Christ’s discipline is not about reward punishment rather it points to a practice of right/healthy living.  God designed the product (our bodies and psyche) and then wrote the operation manual.  Stepping outside that design is like pouring Coke on a computer keyboard—one can do it but shouldn’t complain when the known outcome happens.  Understanding what being a disciple is frees us to live our lives in ever increasing growth while experiencing setbacks, failures and generally being human.  While these negative experiences and attitudes might interfere with our goal of being like our Master they are simply obstacles which discipleship helps us address.

Anything outside the character of Jesus is foolishness, therefore being Christ-like is wisdom.  Jesus came to deliver us from foolishness; sin is foolish, make no mistake about it.  The wise use words which are gracious, I believe, precisely because they know what the alternative means.  Most wise people have been fools often enough to avoid it—if not out of wisdom exactly, then out of self-preservation.  God promises an abundant life IF we hold to the teachings of Jesus.  Only then will we know the truth and be set free.

The word most people miss is disciple, which points to following and adhering to the disciplines of the teaching.  A discipline is a practice one follows into a habit so that it becomes second nature rather than planned.  The freedom therefore must come from the continued practice of Jesus teachings.  Yet, later Jesus told the disciples (another derivative of the word “discipline”) “You can do nothing of yourselves; just like branches cannot bear fruit without being attached to the vine itself.”  He is the vine, we are the branches.  He provides the spiritual sap; we bear the fruit.  But notice we do something as a result of our attachment to Him.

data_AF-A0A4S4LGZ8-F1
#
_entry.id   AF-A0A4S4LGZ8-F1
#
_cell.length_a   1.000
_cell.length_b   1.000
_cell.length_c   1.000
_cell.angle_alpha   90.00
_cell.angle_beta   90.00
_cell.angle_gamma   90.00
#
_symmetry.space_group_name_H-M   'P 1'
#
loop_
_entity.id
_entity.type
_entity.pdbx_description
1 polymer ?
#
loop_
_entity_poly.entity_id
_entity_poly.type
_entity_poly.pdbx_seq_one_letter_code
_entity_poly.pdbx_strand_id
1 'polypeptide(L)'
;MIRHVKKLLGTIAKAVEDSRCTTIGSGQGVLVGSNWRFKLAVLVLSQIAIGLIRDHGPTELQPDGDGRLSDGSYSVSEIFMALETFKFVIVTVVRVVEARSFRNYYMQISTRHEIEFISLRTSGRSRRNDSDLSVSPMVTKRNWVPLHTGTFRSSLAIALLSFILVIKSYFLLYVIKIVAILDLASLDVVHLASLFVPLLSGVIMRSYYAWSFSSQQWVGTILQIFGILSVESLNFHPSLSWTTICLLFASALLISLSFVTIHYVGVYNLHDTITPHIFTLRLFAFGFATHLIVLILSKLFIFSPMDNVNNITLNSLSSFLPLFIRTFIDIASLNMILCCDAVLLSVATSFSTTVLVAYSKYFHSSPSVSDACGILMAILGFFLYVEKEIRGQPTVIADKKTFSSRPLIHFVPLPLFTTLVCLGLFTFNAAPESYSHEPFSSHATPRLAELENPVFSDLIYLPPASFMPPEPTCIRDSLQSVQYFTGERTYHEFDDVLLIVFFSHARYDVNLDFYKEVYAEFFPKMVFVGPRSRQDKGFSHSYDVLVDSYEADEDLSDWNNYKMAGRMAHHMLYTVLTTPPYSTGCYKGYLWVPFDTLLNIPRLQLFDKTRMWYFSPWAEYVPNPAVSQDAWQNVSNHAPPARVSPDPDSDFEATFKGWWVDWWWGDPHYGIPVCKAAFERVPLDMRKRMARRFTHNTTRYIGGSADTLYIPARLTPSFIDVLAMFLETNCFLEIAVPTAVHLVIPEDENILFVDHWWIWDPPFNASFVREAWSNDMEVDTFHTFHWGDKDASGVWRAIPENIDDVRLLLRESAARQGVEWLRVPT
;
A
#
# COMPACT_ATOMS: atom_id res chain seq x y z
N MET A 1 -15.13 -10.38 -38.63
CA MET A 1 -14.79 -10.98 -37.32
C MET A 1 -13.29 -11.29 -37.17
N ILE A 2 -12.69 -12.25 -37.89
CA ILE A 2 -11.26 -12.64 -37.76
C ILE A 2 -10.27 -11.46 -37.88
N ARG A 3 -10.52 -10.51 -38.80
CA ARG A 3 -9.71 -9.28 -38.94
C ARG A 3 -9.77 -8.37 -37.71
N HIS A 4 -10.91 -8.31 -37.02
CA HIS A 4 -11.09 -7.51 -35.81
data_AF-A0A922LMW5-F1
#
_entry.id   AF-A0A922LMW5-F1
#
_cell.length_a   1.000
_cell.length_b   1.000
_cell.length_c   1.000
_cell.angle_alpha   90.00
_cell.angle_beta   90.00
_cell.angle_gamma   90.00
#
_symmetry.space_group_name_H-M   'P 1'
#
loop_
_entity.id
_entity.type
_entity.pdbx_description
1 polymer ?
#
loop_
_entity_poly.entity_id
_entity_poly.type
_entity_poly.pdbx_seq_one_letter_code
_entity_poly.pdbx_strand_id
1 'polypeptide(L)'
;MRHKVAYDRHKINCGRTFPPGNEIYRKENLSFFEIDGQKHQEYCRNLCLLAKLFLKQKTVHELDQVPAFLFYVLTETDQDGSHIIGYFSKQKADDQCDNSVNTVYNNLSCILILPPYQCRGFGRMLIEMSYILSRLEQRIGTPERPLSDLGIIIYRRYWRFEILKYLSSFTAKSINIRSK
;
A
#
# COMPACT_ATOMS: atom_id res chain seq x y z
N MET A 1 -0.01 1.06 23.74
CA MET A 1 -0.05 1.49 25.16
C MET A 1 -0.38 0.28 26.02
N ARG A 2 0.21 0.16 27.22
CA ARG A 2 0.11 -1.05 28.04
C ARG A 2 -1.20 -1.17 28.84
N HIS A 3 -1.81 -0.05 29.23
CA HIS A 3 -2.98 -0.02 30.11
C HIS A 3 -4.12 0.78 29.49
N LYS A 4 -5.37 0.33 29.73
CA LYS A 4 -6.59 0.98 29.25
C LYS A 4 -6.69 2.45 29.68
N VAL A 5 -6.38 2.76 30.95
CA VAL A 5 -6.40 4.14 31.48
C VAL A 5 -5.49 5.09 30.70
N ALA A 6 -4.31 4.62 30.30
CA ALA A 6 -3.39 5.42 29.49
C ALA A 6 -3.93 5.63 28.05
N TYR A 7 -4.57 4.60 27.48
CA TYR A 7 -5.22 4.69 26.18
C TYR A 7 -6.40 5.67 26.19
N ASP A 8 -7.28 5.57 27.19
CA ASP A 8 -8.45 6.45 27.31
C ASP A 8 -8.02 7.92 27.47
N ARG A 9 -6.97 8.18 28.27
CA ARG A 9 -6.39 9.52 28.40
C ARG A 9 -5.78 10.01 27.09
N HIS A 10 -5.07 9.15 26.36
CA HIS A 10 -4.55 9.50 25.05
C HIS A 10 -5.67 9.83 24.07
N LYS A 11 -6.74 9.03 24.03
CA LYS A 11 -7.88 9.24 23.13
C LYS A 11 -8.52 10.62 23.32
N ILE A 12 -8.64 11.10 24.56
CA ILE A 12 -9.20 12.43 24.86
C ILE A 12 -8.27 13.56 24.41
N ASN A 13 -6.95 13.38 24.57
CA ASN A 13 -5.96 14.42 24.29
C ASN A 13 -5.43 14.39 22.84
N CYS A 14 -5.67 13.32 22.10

The word “gracious” is a derivative of the root “grace”.  This means the wise are full of grace and their language reflects it.  The mouth speaks what the heart thinks; it naturally follows gracious words must emanate from grace filled thoughts.  Fools don’t think of grace so naturally it cannot be part of their vocabulary.  If you meet a Christ-follower who practices ungracious language, most likely they are either young in the Lord or not steeped in the discipline of Christ.  Christ is full of grace and mercy.  He did not come into the world to condemn it.  His intention was and is to save the world through His teachings and actions—the cross and resurrection.